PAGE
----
For several years, climate change and global warming activists demanded that universities and colleges divest from their fossil fuel investments to save the planet from humanity’s negative effects on the environment and Mother Earth. It appeared that their protests and demands swayed Georgetown University, which announced that it will divest from fossil fuels.
According to Inside Higher Ed, the university’s board of directors approved a policy, in which the university will divest from public securities of fossil fuel companies within the next five years and from existing private investments within the next decade. Instead of maintaining fossil fuel investment, the university will continue its investments in renewable energy. Another part of the new policy is the freezing of “new endowment investments in companies or funds whose primary business relates to fossil fuel exploration or extraction.”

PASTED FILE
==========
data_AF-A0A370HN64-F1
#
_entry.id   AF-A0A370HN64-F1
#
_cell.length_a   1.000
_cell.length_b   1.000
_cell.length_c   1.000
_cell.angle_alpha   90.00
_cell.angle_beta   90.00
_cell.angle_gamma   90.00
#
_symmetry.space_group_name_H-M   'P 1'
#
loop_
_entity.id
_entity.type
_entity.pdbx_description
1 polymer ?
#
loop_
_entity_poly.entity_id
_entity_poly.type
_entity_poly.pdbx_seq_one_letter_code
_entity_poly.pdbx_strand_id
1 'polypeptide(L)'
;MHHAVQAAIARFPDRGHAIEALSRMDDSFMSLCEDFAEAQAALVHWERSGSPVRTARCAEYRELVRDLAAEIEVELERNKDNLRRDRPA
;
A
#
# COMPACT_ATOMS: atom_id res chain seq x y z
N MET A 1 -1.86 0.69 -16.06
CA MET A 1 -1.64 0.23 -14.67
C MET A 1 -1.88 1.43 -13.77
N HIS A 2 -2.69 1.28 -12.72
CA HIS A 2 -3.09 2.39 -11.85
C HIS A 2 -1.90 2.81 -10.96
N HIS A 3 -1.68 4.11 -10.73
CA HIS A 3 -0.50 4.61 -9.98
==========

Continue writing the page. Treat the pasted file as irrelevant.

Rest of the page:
Georgetown University’s announcement said that it was a demonstration of the university’s “broad commitment to sustainability.” The university’s chief investment officer, Michael Barry, said that this move is “a part of the long-term solution required to prevent the most dangerous effects of climate change.” He added that the university hoped more companies “will move further toward contributing to a sustainable future.”
The university said that this move is one way to “honor” Pope Francis’s encyclical ‘Laudato Si,’ which advocated for pro-climate change activism and actions. The announcement also heaped praise on the “student-run GU Fossil Free (GUFF)” organization, which had submitted multiple proposals to the university.
Later in the announcement, Georgetown University mentioned its climate change commitment by forming the Laudato Si’ Fund in 2019. The fund bears the name of Pope Francis’s encyclical on climate change and was formed to “provide grants for faculty, students, and staff sustainability projects.” One of the projects that the fund backs is one to build “a working group among Catholic institutions of higher education to develop labor and environmental standards for food procurement on their campuses.”
In short, Georgetown University caved into pressure from climate change student activists and bought into the climate change movement.